What is community wealth building (CWB)?
Community Wealth Building (CWB) is an economic development model that transforms local economies based on communities having direct ownership and control of their assets. It challenges the failing approaches that have been widely accepted in American economic development for too long, and addresses wealth inequality at its core.
Where did it come from?
First articulated by The Democracy Collaborative (TDC) in 2005, CWB takes progressive elements like community land trusts, worker cooperatives, public banking, and more – elements that have previously only existed as one-offs – and supercharges their power, systemically connecting and scaling them to change people’s lives and the economic future of our communities. It does so in coordination with local governments, economic development teams, anchor institutions, and community leaders and organizations: helping them to work in harmony, identify what elements are needed, and see the big picture as they replicate successful new tactics.
The Democracy Collaborative believes that when practiced in a holistic and interconnected way, CWB can democratize our economy from the ground up to build the equitable and sustainable political-economic system we all need.
Who is CWB for?
While its principles can and should be applied at all levels by all actors within a local economy, CWB is especially powerful as the defining framework of a local government. It is made for cities and localities not satisfied with tinkering around the edges, and those who are ready to reset the system entirely – challenging the very ideas that have been widely accepted in American economic development for too long, and addressing wealth inequality at its core.
This report shows how community wealth building uniquely meets the crises of our time and how this model is already reshaping cities and communities across the globe, including a landmark opportunity in Chicago.
The Democracy Collaborative’s Community Wealth Building Technical Assistance Taskforce is a group of individuals and organizations with expertise in specific areas of community wealth building (CWB) and associated sectors.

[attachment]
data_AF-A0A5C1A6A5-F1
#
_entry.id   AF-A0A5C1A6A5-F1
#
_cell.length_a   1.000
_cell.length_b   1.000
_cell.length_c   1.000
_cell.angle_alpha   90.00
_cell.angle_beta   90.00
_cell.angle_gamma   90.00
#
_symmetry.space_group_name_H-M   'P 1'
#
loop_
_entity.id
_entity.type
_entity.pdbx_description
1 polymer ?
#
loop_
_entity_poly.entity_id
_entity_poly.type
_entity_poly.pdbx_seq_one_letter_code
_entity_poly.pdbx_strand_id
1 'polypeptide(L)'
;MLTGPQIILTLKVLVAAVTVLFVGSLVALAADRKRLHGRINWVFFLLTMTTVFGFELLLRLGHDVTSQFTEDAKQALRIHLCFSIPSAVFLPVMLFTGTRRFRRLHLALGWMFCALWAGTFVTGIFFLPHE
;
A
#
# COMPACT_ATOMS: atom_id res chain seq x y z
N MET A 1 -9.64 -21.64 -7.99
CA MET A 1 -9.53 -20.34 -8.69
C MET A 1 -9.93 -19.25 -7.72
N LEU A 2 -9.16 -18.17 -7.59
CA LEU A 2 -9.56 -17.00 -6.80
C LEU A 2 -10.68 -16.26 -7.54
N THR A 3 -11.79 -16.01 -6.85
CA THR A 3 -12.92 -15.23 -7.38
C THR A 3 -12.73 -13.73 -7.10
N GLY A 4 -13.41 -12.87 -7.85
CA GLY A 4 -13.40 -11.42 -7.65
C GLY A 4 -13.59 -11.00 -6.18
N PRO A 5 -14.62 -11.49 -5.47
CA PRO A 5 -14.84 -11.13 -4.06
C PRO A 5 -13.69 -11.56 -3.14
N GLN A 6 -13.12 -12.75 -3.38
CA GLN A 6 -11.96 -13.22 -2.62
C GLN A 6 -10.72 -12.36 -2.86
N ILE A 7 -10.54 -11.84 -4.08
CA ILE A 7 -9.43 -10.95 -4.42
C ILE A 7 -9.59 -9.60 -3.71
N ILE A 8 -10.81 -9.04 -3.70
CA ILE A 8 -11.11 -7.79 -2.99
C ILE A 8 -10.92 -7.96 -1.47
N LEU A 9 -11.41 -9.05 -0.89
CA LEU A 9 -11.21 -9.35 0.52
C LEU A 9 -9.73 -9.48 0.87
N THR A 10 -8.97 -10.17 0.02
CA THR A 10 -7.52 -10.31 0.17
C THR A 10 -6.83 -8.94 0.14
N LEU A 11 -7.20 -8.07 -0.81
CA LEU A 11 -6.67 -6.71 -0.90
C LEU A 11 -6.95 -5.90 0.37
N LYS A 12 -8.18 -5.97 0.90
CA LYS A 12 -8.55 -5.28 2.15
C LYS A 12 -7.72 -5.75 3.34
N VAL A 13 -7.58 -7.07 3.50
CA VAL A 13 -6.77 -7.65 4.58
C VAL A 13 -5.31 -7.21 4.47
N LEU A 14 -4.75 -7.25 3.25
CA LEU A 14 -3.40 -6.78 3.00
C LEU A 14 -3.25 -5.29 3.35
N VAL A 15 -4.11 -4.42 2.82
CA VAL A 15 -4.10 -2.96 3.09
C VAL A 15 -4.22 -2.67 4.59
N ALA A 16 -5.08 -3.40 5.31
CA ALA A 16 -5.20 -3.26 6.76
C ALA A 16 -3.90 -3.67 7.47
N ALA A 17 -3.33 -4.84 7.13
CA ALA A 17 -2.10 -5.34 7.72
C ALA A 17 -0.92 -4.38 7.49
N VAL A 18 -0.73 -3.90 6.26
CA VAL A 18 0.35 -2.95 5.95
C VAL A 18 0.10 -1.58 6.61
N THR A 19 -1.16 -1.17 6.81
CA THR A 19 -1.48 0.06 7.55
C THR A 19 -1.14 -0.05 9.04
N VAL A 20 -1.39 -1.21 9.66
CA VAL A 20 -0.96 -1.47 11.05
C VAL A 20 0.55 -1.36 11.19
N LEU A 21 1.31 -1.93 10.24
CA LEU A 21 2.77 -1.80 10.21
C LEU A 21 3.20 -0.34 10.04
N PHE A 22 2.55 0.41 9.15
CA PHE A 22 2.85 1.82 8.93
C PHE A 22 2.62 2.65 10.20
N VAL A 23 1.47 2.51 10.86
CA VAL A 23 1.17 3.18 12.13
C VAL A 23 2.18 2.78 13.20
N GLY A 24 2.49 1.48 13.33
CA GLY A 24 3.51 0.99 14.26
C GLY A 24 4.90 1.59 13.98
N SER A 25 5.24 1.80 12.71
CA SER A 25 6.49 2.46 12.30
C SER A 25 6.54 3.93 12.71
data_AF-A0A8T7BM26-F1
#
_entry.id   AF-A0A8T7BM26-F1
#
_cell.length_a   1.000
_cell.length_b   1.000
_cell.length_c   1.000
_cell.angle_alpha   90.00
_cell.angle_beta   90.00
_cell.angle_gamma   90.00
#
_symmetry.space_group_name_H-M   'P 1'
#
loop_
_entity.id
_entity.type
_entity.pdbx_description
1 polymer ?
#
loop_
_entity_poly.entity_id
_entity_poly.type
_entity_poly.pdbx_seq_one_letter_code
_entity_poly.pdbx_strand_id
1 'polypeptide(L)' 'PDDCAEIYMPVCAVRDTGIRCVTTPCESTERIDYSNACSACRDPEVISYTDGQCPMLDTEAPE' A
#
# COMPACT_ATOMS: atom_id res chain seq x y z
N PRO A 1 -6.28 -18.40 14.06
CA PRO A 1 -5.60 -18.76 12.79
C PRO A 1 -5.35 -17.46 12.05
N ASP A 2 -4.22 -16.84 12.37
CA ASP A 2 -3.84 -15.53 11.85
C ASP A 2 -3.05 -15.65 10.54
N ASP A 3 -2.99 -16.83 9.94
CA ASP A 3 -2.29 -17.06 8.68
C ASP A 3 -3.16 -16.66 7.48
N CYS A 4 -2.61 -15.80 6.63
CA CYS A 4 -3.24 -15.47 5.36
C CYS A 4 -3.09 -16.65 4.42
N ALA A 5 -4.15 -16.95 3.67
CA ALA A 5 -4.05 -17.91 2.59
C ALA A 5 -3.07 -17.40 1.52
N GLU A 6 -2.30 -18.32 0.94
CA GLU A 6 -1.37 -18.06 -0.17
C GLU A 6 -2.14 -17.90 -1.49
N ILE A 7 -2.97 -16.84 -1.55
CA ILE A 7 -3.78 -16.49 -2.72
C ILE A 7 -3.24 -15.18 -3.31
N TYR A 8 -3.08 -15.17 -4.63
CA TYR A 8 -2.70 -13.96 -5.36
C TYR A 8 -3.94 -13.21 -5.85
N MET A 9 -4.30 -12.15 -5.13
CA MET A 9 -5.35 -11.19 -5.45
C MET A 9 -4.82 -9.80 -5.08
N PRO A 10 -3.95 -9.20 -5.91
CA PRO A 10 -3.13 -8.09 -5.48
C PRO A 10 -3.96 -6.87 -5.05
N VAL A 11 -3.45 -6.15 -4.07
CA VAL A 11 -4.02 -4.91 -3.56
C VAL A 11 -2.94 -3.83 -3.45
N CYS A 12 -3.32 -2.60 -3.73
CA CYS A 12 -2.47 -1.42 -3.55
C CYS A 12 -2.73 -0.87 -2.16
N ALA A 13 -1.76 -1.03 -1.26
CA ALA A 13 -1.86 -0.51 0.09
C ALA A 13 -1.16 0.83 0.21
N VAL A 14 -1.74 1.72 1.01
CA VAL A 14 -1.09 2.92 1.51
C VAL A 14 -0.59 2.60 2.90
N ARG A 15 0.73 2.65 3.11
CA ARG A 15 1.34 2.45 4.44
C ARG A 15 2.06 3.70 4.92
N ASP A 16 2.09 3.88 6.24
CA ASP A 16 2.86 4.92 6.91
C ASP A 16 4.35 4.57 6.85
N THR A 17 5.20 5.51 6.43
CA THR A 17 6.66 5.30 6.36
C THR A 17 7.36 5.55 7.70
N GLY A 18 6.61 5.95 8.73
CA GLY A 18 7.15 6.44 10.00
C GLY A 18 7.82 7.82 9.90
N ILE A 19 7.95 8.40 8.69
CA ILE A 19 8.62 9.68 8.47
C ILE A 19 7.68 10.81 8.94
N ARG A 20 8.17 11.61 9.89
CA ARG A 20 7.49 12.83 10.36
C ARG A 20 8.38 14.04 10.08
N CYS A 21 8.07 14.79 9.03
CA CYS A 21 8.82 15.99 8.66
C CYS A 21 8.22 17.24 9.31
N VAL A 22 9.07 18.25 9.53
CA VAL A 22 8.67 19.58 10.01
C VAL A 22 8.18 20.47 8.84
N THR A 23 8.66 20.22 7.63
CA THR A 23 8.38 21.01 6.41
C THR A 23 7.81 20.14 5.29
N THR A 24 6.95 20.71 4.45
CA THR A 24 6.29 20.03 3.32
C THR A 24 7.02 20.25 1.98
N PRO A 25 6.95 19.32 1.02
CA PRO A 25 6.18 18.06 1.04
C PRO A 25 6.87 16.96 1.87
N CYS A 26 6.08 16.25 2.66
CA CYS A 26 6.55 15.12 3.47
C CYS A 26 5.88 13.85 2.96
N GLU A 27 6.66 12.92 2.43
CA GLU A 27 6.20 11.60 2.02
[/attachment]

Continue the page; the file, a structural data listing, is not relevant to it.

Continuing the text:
Award-winning journalist Laura Flanders has just released a half hour documentary called “Community Wealth Building: An Economic Reset.”
Scotland has made significant progress in placing community wealth building at the core of economic policy. This is what we learned from a recent fact-finding trip.
The COVID-19 pandemic could become a moment of crystallization, with communities and governments working together to build a genuinely inclusive economy. But to do so, we need ambitious interventions, both at the national level and at the level of a new common sense, built upward from community.
Based on Ted Howard’s remarks to the recent Alternative Models of Ownership conference, we’ve distilled the eight basic principles behind community wealth building—a transformative approach to local economic development—into this handy one page guide.
Local economies are being decimated in the COVID-19 pandemic. By this point, every community has stories about a business that has closed and won’t re-open and friends and family members who have been laid off.
In this paper, we review and analyze the history and practice of community wealth building, including its origins in the tumult of the 1960s and ‘70s, how it has evolved over time, and how it has spread from the US to the rest of the world.
As our housing crisis worsens during the COVID-19 pandemic, we urgently need new approaches and institutions that center permanent affordability, community ownership and control, and the long-term goal of decommodification.
Community Control of Land and Housing: Exploring strategies for combating displacement, expanding ownership, and building community wealth
How investments in the green infrastructure needed for climate resiliency can be leveraged to build community wealth with worker cooperatives and social enterprises.
If climate planning efforts do not take concerns around equity, justice, and power into consideration during implementation, they have the potential to further segregate U.S. cities; contribute to widening economic, social, and health inequality; and even, in the e
The Democracy Collaborative’s testimony to the U.K.’s leading progressive think tank on how to bring about a thoroughgoing democratization of our political economy. In the fall of 2017, Institute for Public Policy Research reached out to The Democracy Collaborative requesting evidence from the U.S. on broad-based ownership strategies and recommendations for how wealth can be generated and shared more equally.
How anchor institutions can collaborate locally, leveraging the power of their economic assets to address social and economic disparities and to revitalize their communities.
This report focuses on the role of urban and metropolitan universities as anchor institutions in their community to address long standing inequities.
Drawing on the work done in the Learning/Action Lab for Community Wealth Building, Stephanie Gutierrez explores how a systemic approach to inclusive local economic development needs a process of active translation to resonate with the traditional values at the core of Native communities.
This report showcases some key emerging best practices in state and local policy-making to support community wealth building.